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They’re long enough to be worn doubled, as shown above, but short enough to hang around one’s neck simply, as shown below; either way makes an eye-catching accessory.

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Margie’s needles are always busy, and she’s so prolific a knitter that these finished projects are already well behind her. Still, they bear sharing: above is her “Inverness Cape,” knit in Berroco Ultra Alpaca, and below is her “Escher Poncho,” knit in Malabrigo Rios, with a bit of Fibre Company Cumbria Worsted around the edge.

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And there’s more: here’s Margie’s third “ZickZack Scarf,” knit with Schoppel-Wolle Zauberball and Debbie Bliss Rialto Lace held doubled throughout.

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Catherine knit this beautiful “On the Spice Market” with Shibui Staccato, a merino/silk blend that has the perfect drape and luster for this shawl.

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She carefully chose colors inspired by those shown in the pattern photo, with a few adjustments to make it her own.

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Here’s another Melanie Berg pattern, “Sunwalker,” knit by Emma with the brand new Isager Merilin. This is a shawl that the photo doesn’t do justice, as it’s the texture and hand of the fabric that stood out most to me; shawl-knitters, consider Merilin when fingering weight yarn is called for!

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Below is Amy’s “Copenhagen Hood,” a quick cozy accessory knit in Fibre Company Tundra, living temporarily at the shop as a sample for her upcoming class on the subject. There are still spaces in her class, if you’d like to join and knit a hood of your own…sign up on our website!

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Joanne knit this “Rise” hat with Shibui Drift and Silk Cloud held together, and was so pleased with it that she came back for more yarn to knit one for her husband. I understand the appeal, seeing how well this came out! I can hardly imagine a softer yarn combination, truly.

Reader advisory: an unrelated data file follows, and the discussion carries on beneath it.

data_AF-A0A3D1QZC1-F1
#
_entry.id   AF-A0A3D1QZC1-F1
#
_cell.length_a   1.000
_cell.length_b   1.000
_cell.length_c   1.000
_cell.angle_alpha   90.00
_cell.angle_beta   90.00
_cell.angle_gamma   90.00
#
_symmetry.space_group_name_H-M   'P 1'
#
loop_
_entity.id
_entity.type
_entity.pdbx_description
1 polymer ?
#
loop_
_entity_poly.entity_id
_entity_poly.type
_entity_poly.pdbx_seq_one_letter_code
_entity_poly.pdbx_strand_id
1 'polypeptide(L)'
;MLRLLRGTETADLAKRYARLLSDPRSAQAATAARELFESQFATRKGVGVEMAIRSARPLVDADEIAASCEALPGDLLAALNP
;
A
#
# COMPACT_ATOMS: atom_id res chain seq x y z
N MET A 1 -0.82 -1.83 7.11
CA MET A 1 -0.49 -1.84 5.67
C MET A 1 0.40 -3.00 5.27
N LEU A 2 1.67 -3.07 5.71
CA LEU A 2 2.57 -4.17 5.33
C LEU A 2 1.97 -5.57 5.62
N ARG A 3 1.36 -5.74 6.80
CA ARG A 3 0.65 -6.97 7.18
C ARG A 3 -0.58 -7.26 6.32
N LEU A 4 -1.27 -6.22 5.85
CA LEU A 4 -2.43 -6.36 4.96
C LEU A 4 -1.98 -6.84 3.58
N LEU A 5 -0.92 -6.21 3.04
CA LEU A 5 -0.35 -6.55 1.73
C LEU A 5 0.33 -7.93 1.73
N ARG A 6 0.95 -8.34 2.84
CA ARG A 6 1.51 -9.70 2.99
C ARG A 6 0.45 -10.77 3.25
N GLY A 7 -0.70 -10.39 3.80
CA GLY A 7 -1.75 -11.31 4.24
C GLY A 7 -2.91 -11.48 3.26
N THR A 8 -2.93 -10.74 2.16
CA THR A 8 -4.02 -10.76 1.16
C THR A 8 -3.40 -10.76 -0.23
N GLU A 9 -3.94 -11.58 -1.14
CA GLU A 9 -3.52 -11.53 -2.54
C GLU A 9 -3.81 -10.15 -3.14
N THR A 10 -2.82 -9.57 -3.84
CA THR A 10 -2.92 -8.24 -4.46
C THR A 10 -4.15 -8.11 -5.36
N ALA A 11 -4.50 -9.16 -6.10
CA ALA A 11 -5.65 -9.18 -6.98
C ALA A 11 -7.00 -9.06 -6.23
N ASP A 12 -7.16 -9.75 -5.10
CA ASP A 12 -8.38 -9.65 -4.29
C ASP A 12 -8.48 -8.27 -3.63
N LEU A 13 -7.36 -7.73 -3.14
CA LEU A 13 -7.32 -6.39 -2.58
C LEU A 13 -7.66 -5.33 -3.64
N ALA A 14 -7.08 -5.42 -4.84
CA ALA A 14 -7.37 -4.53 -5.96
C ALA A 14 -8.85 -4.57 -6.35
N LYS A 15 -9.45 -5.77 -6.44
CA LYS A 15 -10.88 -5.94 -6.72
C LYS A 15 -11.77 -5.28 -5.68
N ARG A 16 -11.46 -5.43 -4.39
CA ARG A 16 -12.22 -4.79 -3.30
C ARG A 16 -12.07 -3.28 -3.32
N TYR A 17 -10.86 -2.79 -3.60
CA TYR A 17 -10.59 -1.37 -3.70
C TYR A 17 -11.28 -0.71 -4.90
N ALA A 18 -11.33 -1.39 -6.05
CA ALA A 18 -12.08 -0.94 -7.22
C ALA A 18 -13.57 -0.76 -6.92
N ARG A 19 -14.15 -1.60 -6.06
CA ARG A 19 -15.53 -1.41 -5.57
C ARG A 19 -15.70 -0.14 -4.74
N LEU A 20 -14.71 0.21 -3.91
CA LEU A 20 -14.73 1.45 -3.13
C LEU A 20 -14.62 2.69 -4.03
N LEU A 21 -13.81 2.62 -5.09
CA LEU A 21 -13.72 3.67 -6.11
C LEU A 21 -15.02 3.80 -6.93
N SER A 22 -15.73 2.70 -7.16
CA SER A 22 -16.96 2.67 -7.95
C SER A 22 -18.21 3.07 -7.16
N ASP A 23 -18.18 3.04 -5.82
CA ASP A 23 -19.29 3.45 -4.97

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Nancy knit this “Flowers of Life” pullover for her husband, using a beautiful palette of Jamieson’s Shetland Spindrift in an intricate all-over fair isle pattern. She’s graciously left it at the shop for a few weeks for all to see and admire; come in soon to see this knitted work of art!

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Joanne also has some Jamieson’s Shetland Spindrift show and tell: a “Beginner’s Fair Isle Cap,” her first-ever colorwork project. With guidance from Nancy, she selected this color combination and arranged the colors within the motif for a unique accesory.

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Thanks again to the knitters and crocheters who share their work with us. We feel lucky to play a part in your creative pursuits, and look forward to seeing the projects you plan!

New colors in Lang Merino + Color.

Somewhere in the recent rush of exciting new fall yarns, a big box of Lang Merino+ Color arrived.

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Last fall, this soft, superwash, self-striping yarn was brand new, and it quietly became a bit of a bestseller here at the shop.

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One 196 yard ball is enough for a hat or pair of mittens, two can make a big, cozy cowl or a cute, quick-knitting baby sweater.

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In colorways ranging from bright and playful to muted and mature, it’s no surprise our supply of Lang Merino+ Color quickly dwindled as knitter after knitter succumbed to its appeal.